You need a similar dynamic. You show the clue, but well before the audience learns what it means. So when they do learn what it means, the audience is blind-sided. But not cheated! If they go back and look, then your hero absolutely did see and note that clue, also not knowing what it meant at the time. Only to spring it on us (the audience, and the culprit) in the finale.

Keep your big reveal at the end. Reveal the clue to the audience early, just don't reveal the implications of that clue until the finale. And just before your finale, your Sherlock discovers or observes something else, a different clue or fact, that makes them realize (without telling the audience) what that early clue means.

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    Unfortunately, this approach won't work, since the whole point isn't "how the MC stumbled into the reveal that was a mystery and surprise to him", but instead "how MC created the surprise" - HE (and the story is from MC's viewpoint) is literally the person most aware of the reveal.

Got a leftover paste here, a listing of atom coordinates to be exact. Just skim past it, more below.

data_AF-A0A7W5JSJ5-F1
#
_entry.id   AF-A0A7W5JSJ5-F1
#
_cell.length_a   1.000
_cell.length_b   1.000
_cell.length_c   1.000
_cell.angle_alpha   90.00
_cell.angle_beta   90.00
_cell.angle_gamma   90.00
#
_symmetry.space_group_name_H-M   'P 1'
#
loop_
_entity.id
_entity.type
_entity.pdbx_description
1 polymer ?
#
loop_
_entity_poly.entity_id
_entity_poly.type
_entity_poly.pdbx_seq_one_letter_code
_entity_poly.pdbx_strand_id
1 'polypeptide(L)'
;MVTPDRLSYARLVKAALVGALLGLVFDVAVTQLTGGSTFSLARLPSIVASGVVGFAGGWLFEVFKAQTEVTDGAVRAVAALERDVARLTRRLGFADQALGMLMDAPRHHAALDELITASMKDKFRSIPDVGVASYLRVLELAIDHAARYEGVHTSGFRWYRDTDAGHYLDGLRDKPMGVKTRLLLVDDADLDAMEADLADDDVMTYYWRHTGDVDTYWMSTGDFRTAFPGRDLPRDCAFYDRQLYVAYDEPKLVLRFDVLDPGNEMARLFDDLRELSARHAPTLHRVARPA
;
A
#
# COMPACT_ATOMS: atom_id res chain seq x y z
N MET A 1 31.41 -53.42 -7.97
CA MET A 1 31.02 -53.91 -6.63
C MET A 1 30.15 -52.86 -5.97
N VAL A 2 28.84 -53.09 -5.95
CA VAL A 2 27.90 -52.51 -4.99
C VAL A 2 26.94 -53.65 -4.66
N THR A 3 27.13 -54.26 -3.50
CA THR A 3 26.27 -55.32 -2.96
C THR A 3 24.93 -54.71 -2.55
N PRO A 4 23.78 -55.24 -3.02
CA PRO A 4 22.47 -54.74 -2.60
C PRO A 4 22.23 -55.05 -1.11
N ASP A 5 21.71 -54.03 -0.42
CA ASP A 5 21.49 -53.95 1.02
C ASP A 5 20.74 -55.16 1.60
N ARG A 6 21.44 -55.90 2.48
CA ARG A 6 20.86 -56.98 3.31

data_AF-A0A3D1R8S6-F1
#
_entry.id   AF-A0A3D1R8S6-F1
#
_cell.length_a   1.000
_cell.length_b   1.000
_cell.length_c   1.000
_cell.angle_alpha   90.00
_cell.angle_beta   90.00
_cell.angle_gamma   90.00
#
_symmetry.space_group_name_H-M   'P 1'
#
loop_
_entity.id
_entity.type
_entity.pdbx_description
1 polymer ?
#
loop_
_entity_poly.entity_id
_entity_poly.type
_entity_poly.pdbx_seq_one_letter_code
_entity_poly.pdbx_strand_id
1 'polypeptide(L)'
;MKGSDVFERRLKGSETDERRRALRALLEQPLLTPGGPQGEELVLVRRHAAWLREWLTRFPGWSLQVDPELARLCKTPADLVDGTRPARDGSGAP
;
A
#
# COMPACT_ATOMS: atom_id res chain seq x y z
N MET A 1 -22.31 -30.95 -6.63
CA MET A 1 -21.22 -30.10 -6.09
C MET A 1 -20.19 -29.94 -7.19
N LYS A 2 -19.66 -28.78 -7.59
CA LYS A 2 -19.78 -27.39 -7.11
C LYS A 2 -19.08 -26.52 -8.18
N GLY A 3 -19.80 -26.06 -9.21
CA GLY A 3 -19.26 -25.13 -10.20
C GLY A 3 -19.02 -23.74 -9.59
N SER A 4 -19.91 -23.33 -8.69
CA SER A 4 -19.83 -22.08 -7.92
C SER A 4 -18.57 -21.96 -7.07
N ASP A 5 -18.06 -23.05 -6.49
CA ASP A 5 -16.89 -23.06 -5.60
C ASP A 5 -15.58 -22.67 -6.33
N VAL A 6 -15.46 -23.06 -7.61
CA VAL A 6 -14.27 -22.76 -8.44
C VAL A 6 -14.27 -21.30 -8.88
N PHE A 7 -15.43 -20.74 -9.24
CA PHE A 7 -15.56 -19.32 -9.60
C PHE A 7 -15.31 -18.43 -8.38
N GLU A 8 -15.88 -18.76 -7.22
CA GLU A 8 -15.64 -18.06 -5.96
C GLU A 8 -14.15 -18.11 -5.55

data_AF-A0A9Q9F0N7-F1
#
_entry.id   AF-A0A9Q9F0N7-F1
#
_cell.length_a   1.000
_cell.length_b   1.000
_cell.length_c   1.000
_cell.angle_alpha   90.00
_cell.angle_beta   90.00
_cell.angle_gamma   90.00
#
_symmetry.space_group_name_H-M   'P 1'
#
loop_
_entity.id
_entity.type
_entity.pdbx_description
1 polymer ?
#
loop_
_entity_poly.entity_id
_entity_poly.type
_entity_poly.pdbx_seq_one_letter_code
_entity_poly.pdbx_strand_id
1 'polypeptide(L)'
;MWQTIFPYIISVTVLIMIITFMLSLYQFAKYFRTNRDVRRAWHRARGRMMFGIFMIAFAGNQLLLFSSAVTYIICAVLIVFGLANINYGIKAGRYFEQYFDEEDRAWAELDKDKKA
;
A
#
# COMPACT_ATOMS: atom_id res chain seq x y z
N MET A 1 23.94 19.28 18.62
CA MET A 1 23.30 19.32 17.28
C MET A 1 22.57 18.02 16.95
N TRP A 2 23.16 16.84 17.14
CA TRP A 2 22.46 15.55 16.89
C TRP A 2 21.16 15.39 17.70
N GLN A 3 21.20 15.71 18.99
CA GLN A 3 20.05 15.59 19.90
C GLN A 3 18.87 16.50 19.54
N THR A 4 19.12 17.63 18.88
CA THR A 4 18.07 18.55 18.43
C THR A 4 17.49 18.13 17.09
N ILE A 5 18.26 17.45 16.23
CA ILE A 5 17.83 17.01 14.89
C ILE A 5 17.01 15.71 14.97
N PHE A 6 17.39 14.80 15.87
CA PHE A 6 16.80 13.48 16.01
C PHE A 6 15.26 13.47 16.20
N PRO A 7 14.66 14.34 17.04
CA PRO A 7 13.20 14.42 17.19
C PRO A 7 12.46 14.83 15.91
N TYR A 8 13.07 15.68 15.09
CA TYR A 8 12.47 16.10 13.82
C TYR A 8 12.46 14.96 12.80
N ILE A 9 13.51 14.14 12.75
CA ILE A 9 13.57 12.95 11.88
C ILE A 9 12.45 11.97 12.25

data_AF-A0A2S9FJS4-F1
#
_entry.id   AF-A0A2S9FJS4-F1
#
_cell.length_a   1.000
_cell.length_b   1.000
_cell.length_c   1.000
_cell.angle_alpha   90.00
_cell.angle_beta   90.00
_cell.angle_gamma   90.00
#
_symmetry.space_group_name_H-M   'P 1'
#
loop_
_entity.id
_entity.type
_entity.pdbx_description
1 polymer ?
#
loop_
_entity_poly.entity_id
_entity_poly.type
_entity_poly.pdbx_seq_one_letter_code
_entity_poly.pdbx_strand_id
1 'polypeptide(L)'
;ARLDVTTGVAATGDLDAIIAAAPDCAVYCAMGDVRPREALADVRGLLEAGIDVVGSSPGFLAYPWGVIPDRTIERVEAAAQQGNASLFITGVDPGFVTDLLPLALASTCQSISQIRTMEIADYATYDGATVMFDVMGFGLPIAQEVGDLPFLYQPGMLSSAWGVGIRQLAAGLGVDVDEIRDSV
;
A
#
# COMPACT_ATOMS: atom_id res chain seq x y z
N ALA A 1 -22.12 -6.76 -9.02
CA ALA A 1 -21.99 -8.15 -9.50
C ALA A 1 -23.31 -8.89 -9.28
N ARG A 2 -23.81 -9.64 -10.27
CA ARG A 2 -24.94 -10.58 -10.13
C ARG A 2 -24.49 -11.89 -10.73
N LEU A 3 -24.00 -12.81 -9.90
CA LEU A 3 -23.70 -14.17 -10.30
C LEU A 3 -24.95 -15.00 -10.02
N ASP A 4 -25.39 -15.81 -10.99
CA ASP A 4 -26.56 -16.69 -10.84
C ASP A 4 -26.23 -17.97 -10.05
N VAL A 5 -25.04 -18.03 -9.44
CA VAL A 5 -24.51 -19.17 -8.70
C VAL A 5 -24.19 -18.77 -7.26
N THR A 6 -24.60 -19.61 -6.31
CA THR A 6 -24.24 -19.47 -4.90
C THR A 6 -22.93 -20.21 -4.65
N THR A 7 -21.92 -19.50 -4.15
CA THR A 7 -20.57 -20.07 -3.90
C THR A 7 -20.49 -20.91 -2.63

– user17760
    Commented Dec 18, 2023 at 14:39
  • @user17760 Then just use the reverse. Show the MC taking actions that create the surprise, without explaining them. We frequently see this in Professional Thief films; this guy (or even a team) working on things, but we don't actually see how all these things come together in the heist, a working machine where elements interact. Ocean's 11 is a prime example, an entertaining film where we know the goal, we see the parts and actions in progress, but how all these pieces work together is (successfully) left as a surprise for the finale, despite a few threatening hitches along the way.
    – Amadeus
    Commented Dec 24, 2023 at 16:22
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Both @Amadeus and @Ben have provided great tips for writing/working with clues and reveals.

I'd like to expand on/add to especially Ben's answer.